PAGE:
Monday, 19 December 2011

Review: The Iron Witch by Karen Mahoney

A huge thank you to Harriet at Random House Children's Books for sending me a copy to review.
The review is my own honest opinion on the book.

Freak. That's what her classmates call seventeen-year-old Donna Underwood. When she was seven, a horrific fey attack killed her father and drove her mother mad. Donna's own nearly fatal injuries from the assault were fixed by magic—the iron tattoos branding her hands and arms. The child of alchemists, Donna feels cursed by the magical heritage that destroyed her parents and any chance she had for a normal life. The only thing that keeps her sane and grounded is her relationship with her best friend, Navin Sharma.
When the darkest outcasts of Faerie—the vicious wood elves—abduct Navin, Donna finally has to accept her role in the centuries old war between the humans and the fey. Assisted by Xan, a gorgeous half-fey dropout with secrets of his own, Donna races to save her friend—even if it means betraying everything her parents and the alchemist community fought to the death to protect.

I had mixed feelings about this book – it was an odd jumble of marmite that had me loving some moments, and then bored the next.

I think the driving thing that I really liked about this book was Donna. She was strong (in every sense) intriguing, a no-nonsense kind of girl pushed into an extraordinary world that she doesn’t necessarily want to be in. The premise behind the Order and her arms was fantastic, and I wanted more of that side of things – hopefully there will be some more explanation in the next book, because it was awesome the few glimpses we got to see of both sides of the Order.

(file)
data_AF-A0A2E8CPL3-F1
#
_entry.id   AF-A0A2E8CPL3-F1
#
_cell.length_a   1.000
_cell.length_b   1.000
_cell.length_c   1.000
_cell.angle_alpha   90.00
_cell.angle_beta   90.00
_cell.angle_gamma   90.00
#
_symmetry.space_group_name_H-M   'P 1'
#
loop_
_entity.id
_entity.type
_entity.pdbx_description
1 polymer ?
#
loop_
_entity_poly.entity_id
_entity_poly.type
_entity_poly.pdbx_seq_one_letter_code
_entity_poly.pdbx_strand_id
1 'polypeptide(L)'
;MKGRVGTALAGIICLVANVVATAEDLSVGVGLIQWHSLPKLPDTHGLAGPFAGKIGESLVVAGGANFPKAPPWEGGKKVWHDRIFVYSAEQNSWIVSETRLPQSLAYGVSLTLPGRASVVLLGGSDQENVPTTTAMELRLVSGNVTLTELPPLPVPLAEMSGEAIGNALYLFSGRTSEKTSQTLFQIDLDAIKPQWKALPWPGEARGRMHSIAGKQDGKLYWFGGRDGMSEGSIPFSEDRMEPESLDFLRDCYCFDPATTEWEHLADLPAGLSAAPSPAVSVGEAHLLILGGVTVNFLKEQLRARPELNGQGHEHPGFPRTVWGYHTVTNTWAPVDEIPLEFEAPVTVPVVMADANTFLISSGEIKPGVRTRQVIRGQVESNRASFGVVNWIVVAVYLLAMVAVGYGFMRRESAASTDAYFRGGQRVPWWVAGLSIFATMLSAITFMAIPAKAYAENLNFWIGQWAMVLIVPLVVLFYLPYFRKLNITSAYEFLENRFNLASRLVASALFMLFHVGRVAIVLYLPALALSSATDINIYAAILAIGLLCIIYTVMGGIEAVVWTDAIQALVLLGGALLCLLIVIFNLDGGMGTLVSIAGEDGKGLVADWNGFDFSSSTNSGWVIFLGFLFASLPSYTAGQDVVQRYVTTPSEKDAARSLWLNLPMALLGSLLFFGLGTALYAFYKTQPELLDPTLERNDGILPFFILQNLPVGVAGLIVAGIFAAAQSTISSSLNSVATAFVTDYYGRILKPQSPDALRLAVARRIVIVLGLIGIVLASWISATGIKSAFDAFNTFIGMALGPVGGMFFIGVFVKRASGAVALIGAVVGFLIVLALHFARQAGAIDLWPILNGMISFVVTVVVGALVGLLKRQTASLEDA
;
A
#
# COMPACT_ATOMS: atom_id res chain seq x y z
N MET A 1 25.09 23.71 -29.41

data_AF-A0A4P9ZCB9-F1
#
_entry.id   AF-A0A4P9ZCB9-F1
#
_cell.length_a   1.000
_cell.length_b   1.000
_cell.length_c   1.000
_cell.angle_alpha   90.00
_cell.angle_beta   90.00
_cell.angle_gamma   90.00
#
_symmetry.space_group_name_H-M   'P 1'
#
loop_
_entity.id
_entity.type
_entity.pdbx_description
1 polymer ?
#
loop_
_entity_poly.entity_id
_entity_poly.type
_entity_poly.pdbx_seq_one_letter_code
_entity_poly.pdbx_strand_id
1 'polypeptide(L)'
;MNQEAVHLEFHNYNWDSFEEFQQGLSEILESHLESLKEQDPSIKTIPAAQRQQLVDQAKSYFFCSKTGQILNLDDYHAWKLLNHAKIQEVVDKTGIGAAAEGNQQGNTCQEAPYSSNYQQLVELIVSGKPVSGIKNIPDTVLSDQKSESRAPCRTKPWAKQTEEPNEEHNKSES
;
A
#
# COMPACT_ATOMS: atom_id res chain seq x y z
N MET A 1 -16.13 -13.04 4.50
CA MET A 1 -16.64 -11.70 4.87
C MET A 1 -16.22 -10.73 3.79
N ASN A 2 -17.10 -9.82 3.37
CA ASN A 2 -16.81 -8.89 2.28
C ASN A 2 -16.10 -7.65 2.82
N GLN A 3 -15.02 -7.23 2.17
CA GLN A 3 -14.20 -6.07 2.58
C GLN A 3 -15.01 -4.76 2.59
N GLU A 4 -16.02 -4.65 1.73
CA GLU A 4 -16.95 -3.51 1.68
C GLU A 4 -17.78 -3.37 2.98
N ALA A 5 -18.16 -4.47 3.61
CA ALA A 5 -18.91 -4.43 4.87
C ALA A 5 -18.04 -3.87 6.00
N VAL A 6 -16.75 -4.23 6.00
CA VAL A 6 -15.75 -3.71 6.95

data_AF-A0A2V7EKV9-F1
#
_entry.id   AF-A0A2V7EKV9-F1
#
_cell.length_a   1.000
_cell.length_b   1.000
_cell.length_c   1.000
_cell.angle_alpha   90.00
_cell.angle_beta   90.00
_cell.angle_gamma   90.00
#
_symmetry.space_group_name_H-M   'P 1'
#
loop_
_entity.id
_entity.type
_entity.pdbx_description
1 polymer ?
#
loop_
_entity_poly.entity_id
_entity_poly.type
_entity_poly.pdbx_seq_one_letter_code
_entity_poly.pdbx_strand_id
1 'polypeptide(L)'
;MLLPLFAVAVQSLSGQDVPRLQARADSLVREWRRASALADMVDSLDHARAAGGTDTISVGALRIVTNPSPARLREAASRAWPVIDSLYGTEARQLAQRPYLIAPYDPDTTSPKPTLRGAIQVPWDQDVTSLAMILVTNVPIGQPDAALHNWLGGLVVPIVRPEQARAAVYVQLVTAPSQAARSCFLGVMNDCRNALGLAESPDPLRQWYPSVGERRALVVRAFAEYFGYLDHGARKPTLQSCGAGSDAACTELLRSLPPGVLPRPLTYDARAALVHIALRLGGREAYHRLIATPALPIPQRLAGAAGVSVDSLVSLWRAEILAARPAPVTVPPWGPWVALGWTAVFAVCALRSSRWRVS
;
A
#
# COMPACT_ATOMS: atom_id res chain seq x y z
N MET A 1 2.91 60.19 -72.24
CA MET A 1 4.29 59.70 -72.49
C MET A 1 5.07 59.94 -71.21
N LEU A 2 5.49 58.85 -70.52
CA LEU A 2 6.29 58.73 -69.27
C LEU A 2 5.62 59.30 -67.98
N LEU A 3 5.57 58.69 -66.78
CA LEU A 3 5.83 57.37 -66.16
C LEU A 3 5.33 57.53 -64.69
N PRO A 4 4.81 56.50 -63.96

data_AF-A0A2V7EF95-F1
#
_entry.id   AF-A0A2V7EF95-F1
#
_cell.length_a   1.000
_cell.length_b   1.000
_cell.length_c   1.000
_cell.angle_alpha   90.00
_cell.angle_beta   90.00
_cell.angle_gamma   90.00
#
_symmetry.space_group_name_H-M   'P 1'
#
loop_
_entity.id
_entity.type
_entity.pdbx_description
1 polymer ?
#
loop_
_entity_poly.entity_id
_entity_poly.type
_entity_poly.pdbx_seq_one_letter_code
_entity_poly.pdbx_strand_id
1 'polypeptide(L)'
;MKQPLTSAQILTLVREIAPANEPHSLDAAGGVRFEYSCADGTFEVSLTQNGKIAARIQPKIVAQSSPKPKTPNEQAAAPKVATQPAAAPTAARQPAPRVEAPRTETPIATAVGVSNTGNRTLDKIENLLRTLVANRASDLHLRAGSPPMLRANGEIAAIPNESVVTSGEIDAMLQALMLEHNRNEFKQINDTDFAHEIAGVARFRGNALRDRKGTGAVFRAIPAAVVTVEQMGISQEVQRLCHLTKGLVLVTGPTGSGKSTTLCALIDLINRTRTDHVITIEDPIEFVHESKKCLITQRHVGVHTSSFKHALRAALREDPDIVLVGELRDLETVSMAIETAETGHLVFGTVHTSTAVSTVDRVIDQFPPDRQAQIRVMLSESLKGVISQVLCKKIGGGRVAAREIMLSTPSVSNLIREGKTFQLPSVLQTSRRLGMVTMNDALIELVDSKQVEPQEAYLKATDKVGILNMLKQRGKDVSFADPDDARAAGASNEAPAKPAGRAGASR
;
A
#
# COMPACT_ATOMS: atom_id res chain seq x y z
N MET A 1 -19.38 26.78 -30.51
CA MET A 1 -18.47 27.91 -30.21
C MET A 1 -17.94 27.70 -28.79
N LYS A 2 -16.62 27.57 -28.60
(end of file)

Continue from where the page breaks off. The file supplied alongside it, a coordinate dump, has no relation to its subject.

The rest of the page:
I think my biggest dislike of the book was Navin. Which I feel awful just saying, but it’s true – he really didn’t do it for me. He didn’t feel or read like a boy to me, more like a girl, which is always a disadvantage when he’s supposed to be a teenage boy. He grated on me every scene he was in (which were quite a few to say the least) and despite Donna repeatedly saying she couldn’t live without him, I was all for leaving him in the woods. I don’t know if it was that there wasn’t enough character development to flesh him out, or if it was just me having a wobble over fictional boys, but he really wasn’t my cup of tea.

Unlike Xan, who kind of was. Although he still peeved me a bit for fitting the ever present stereotype of boy who you’ve only known a couple of days and yet will do anything )including potentially have a nervous breakdown because of where you’re asking him to go, all because he likes you. I was rooting for him to turn round and tell Donna no. He caved far too easily, so all the build-up of his character and the strength that exuded from him kind of went kaput at that stage.

I felt like the whole thing was a bit rushed. We’re plunged straight into this world, bad things start happening, mysterious guy appears and you know, is terribly handsome and distracting, and more bad things happen. Then we have the kidnap, the insane demands, the slightly insane lengths they go to meet said demands, showdown and everybody goes home. I wanted more backstory, I wanted the book to take its time over some things – like Xan. Yes we had backstory for him, and I get that he doesn’t remember some of it, but it felt like we barely scratched the surface. The same with Donna. And I really hope that more is done for that in the next book.

So all in all, I wanted to love this book but found myself struggling not to put it down at times. As I said Donna was the thing that kept me interested, she’s a brilliant character and I do really want to see more and explore more of her in the next book. I’m hoping that as the series continues we get more development which helps the niggles I experienced with this book disappear. But it’s still an intriguing idea that takes the fey myths and ideas in a new direction.

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